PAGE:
A.M. Homes' The Mistress's Daughter This is one of those stories about an adopted child who came to know her birth parents in adulthood. It was not especially successful in Homes' case, as her mother was too needy and demanding and her father let her drop. ...

  • frances_md
    14 years ago

    lemonhead, I remember reading The Moonflower Vine and loving it, probably in the late '70s or early '80s. The re-release was reviewed in The Washington Post this week and I downloaded it to my Kindle, where it is in line after a couple of other books, including the second in Laura Lippman's Tess Monaghan series, which I am currently reading.

    I'm listening to A Reliable Wife, a first novel by Robert Goolrick. In Wisconsin in 1907 a man advertises for a wife. She may not be who she says she is. This book has had great reviews and so far is very interesting; it is hard to stop listening.

    I'm also reading gardening and knitting books that probably aren't of general interest.

  • veronicae
    14 years ago

    frances...what knitting books. I am always looking for gifts for my knitting daughter-in-law.

  • twobigdogs
    14 years ago

    frances, I second veronicae, what knitting and gardening books?

    PAM

  • twobigdogs
    14 years ago

    frances, I second veronicae, what knitting and gardening books?

    PAM

  • frances_md
    14 years ago

    veronica and PAM, I love to talk about these books!

    Knitting: Because I'm trying to branch out from my Project Linus baby blankets, I'm currently reading through Socks from the Toe Up by Wendy D. Johnson and The Essential Guide to Color Knitting Techniques by Margaret Radcliffe. When I have completed a Fair Isle project, I will be shouting from the rooftop. I just need the nerve to start it. I'm also reading a "knitting mystery", Died in the Wool by Mary Kruger. My expectations are never high for this kind of book but it is okay. And I'm frequently picking up one of the Yarn Harlot's books to read bits and pieces because she is so funny and knowledgable and I always learn something.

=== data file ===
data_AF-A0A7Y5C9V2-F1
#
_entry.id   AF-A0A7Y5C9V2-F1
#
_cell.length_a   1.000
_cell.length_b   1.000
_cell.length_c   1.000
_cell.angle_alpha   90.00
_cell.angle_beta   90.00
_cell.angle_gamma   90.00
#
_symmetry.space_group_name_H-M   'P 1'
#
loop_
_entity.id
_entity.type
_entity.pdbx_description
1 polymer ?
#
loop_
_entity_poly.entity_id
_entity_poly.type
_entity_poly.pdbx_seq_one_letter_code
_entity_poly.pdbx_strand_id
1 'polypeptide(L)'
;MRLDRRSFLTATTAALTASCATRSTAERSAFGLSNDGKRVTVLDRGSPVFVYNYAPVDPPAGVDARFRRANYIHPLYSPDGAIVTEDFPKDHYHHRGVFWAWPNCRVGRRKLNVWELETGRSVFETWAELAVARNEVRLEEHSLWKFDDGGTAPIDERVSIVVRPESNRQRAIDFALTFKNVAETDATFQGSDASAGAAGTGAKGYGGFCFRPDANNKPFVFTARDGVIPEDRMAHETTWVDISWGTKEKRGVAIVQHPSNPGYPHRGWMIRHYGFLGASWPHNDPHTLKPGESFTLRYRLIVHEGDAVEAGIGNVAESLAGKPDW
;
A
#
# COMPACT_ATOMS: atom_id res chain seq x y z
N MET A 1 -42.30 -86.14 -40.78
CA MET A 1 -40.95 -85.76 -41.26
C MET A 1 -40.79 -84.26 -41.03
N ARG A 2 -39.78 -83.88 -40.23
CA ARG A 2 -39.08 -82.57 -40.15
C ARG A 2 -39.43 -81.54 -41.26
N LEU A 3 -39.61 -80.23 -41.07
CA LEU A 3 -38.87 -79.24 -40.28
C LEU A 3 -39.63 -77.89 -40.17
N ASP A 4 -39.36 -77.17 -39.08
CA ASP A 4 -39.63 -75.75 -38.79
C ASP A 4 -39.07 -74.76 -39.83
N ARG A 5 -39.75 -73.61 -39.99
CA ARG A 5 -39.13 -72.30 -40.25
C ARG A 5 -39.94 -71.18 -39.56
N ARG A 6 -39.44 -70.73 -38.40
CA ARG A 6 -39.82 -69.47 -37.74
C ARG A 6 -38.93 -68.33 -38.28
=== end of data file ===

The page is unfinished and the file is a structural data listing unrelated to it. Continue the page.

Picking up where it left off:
Gardening: As a Master Gardener, I do weekly Hotline duty and plant clinics so I'm always reading parts of many books. For my own reading pleasure at the moment, I'm reading The Nature of Plants: Habitats, Challenges, and Adaptations by John Dawson and Rob Lucas (I think I mentioned this before) and a Brooklyn Botanic Garden All-Region Guide called Healthy Soils for Sustainable Gardens.

    I've listened further to A Reliable Wife and it is really very good.

  • J C
    14 years ago

    I'm reading Amy Tan's Saving Fish from Drowning and enjoying it very much. Ironically this departure from her usual mother-daughter theme was given to me by my own mother, who liked it tremendously. Go figure.

    I have a few other books going, of course. A couple of years ago I read and loved a collection of dog stories edited by Megan McMorris, and last week I found she has collected some cat stories. Wonderful! Not my-cat-is-so-cute or even my-cat-is-so cool, but stories about how our lives are affected by felines.

    Also a collection of poems chosen by Garrison Keillor, can't go wrong with those. My DH knows I am rather eccentric, and he knows I read poetry to my cat every day, but this morning he walked in while the ritual was being performed and was completely shocked at the respectful concentration by the feline. I have previously told him that Tom-the-Cat loves Yeats, but he didn't believe it until he saw it.

  • Kath
    14 years ago

    Frances, do have a go at the Fair Isle, it really isn't that difficult once you start. Just remember not to pull the yarn too tightly when you restart a colour and you will be fine. Rows tend to be repetitive which is good - one blue, three white, one blue, three white and so on. True Fair Isle only uses two colours per row.
    I have knitted a few Fair Isle vests (sleeveless sweaters) and was very happy with the result. I have also done some picture knitting, which is a bit more complicated because the patterns don't have the geometric repetition of Fair Isle and sometimes have lots of colours in one row.
    One handy tip my knitting mother passed on to me, which doesn't seem to be generally known - if you want to put stripes in a rib band, do the first row of the stripe colour all Knit (instead of K1 P1) and the stripe will be neater and the rib still looks fine.

  • suz_1
    14 years ago

    Hi everyone,
    I'm new and thought I needed to retype discussion topic, so my comments are under another April is here. I meant it to be a follow-up and a little bit about my bibliomania! Looking forward to your posts. Thanks!